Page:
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Pictures of Nothing:
Abstract Art since Pollock
Kirk Varnedoe
Foreword by Earl A. Powell III
Preface by Adam Gopnik

Winner of the 2006 Award for Best Professional/Scholarly Book in Arts and Art History, Association of American Publishers

Hardcover | 2006 | $52.50 | £44.95 | ISBN: 9780691126784
320 pp. | 9 x 9 1/2 | 132 color plates. 129 halftones. 3 b&w illus.
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National Gallery of Art, 52nd A. W. Mellon Lectures in the Fine Arts: "Why Abstract Art?"
Kirk Varnedoe

"What is abstract art good for? What's the use--for us as individuals, or for any society--of pictures of nothing, of paintings and sculptures or prints or drawings that do not seem to show anything except themselves?" In this invigorating account of abstract art since Jackson Pollock, eminent art historian Kirk Varnedoe, the former chief curator of painting and sculpture at the Museum of Modern Art, asks these and other questions as he frankly confronts the uncertainties we may have about the nonrepresentational art produced in the last five decades. He makes a compelling argument for its history and value, much as E. H. Gombrich tackled representation fifty years ago in Art and Illusion, another landmark A. W. Mellon Lectures volume. Realizing that these lectures might be his final work, Varnedoe conceived of them as a statement of his faith in modern art and as the culminating example of his lucidly pragmatic and philosophical approach to art history. He delivered the lectures, edited and reproduced here with their illustrations, to overflowing crowds at the National Gallery of Art in Washington in the spring of 2003, just months before his death.

With brilliance, passion, and humor, Varnedoe addresses the skeptical attitudes and misunderstandings that we often bring to our experience of abstract art. Resisting grand generalizations, he makes a deliberate and scholarly case for abstraction--showing us that more than just pure looking is necessary to understand the self-made symbolic language of abstract art. Proceeding decade by decade, he brings alive the history and biography that inform the art while also challenging the received wisdom about distinctions between abstraction and representation, modernism and postmodernism, and minimalism and pop. The result is a fascinating and ultimately moving tour through a half century of abstract art, concluding with an unforgettable description of one of Varnedoe's favorite works.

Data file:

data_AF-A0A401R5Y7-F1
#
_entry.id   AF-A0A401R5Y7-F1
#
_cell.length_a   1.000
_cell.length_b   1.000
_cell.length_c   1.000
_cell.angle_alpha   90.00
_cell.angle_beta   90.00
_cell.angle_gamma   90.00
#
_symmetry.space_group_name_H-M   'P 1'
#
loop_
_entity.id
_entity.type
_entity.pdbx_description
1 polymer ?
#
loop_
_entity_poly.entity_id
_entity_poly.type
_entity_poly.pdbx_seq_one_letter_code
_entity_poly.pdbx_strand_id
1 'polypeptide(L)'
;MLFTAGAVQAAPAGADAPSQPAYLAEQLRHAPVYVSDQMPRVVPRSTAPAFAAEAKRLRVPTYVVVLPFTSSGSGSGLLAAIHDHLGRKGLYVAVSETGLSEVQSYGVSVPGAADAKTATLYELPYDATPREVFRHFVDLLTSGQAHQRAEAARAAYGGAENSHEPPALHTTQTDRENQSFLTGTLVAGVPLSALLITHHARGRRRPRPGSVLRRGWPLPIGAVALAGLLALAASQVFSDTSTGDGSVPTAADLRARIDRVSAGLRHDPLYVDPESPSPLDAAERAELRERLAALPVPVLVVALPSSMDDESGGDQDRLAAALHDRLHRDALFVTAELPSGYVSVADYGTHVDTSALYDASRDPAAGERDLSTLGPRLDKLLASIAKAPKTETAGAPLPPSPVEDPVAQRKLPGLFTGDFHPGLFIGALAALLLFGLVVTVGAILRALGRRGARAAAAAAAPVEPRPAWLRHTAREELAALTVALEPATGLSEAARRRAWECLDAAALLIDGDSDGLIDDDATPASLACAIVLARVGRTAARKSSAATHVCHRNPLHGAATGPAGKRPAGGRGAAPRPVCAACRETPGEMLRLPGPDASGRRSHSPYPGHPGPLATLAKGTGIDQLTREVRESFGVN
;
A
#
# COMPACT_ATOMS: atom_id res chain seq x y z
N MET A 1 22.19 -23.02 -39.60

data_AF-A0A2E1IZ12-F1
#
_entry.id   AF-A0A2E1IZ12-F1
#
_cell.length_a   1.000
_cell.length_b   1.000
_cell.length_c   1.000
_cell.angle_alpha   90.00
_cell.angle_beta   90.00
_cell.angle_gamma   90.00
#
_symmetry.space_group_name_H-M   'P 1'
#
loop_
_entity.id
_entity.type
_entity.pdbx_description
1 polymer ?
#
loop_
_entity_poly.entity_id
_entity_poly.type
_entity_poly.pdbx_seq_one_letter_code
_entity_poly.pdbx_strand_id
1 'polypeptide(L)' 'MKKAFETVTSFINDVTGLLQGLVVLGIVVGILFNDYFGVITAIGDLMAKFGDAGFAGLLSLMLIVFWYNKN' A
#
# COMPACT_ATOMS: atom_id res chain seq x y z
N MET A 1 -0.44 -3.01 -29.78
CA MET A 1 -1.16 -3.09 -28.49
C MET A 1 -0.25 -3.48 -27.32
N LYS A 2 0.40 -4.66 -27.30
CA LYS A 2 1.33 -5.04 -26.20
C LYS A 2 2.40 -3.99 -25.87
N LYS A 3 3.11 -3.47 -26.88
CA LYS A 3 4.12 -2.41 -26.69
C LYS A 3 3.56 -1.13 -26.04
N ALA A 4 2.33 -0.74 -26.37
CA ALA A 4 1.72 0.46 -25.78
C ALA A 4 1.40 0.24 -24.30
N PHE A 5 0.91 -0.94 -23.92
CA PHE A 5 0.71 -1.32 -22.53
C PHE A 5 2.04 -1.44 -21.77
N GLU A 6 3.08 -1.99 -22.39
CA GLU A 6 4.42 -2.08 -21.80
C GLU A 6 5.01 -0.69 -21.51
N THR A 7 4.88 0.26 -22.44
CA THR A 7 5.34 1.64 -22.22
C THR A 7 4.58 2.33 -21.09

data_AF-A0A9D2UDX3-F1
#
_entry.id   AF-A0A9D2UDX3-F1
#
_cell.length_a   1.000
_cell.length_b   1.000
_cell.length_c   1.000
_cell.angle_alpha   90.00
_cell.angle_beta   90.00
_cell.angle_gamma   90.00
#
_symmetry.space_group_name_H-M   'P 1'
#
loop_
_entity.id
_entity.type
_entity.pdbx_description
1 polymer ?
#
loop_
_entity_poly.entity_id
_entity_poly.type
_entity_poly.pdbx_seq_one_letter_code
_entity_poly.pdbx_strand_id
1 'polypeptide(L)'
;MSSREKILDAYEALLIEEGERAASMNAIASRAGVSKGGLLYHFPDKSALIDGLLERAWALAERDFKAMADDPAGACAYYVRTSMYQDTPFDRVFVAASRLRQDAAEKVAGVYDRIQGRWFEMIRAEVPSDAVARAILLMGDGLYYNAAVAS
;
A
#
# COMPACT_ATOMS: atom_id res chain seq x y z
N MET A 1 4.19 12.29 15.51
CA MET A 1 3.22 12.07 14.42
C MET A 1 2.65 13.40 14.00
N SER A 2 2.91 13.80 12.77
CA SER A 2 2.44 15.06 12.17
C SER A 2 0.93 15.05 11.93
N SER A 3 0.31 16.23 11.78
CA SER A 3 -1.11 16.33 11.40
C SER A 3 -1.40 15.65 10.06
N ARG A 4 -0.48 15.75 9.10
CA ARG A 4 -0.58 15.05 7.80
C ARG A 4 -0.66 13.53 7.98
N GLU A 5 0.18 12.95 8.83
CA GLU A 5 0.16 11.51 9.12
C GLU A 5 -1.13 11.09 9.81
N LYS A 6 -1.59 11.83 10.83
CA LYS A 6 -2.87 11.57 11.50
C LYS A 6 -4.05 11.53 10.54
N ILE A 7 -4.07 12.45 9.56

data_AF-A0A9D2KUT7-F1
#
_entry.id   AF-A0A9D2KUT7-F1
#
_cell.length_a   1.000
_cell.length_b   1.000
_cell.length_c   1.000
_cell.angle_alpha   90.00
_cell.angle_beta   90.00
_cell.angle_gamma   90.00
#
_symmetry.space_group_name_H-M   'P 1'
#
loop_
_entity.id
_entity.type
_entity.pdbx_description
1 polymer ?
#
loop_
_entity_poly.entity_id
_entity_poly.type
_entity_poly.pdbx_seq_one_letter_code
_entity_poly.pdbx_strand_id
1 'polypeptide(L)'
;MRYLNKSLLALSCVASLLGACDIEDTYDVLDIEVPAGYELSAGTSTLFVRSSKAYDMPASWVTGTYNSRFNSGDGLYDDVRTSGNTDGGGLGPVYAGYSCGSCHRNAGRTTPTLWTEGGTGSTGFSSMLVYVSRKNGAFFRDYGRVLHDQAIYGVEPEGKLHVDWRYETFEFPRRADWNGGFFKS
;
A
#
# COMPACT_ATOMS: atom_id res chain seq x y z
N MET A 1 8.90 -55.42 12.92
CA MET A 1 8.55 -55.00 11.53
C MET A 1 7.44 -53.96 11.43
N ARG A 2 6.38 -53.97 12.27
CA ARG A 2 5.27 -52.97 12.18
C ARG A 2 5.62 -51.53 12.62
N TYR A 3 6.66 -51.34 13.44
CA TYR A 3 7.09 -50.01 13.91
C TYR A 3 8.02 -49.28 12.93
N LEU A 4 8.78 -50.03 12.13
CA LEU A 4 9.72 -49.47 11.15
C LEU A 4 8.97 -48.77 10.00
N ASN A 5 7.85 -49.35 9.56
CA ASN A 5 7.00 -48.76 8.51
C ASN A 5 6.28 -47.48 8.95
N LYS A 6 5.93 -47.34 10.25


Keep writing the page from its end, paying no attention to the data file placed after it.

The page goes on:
"With the publication of Pictures of Nothing: Abstract Art Since Pollock by Kirk Varnedoe, we have a welcome reminder of the high esteem that abstract art came to enjoy in its heyday. . . . Pictures of Nothing, based on a series of lectures that Mr. Varnedoe gave at the National Gallery of Art in Washington, is a book that everyone with a serious interest in modern art will want to read, and it has the additional merit of being well-written and excellently illustrated."--Hilton Kramer, Wall Street Journal

"Pictures of Nothing [is] the transcribed text of one-time MoMA chief curator Kurt Varnedoe's final lectures. . . . [T]he talks are not just for Varnedoe completists--they tackle the question 'What is abstract art good for?' and constitute the charismatic scholar's final word on the subject."

"Your favorite realist's eyes might suddenly pop open after reading Pictures of Nothing: Abstract Art Since Pollock by Kirk Varnedoe. . . . The art historian . . . is a clear-eyed, eloquently plain-spoken, unfaltering guide through the thickets of drip painting, minimalism, and more. Why abstraction? Look here for an answer."--Nancy Tousley, Calgary Herald

"The knowledge that this would be Varnedoe's last public appearance brought a plainspoken urgency to the lectures that's carried over to this transcribed and edited text."--Peter Goddard, Toronto Star

"Varnedoe's enthusiastic insights fill the pages. Through his descriptions, bare, arbitrary or seemingly interchangeable works start to bristle with distinctiveness. . . . His vision of America's abstract half-century in Pictures of Nothing is . . . eclectic and embracing."--Edmund Fawcett, RA Magazine

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Table of Contents:

Foreword by Earl A. Powell III vii
Preface by Adam Gopnik ix
Note to the Reader by Judy Metro xvii
Chapter 1: Why Abstract Art? 1
Chapter 2: Survivals and Fresh Starts 47
Chapter 3: Minimalism 91
Chapter 4: After Minimalism 145
Chapter 5: Satire, Irony, and Abstract Art 191
Chapter 6: Abstract Art Now 239
Acknowledgments 275
Index 277
Photography and Copyright Credits 287


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File created: 7/11/2017

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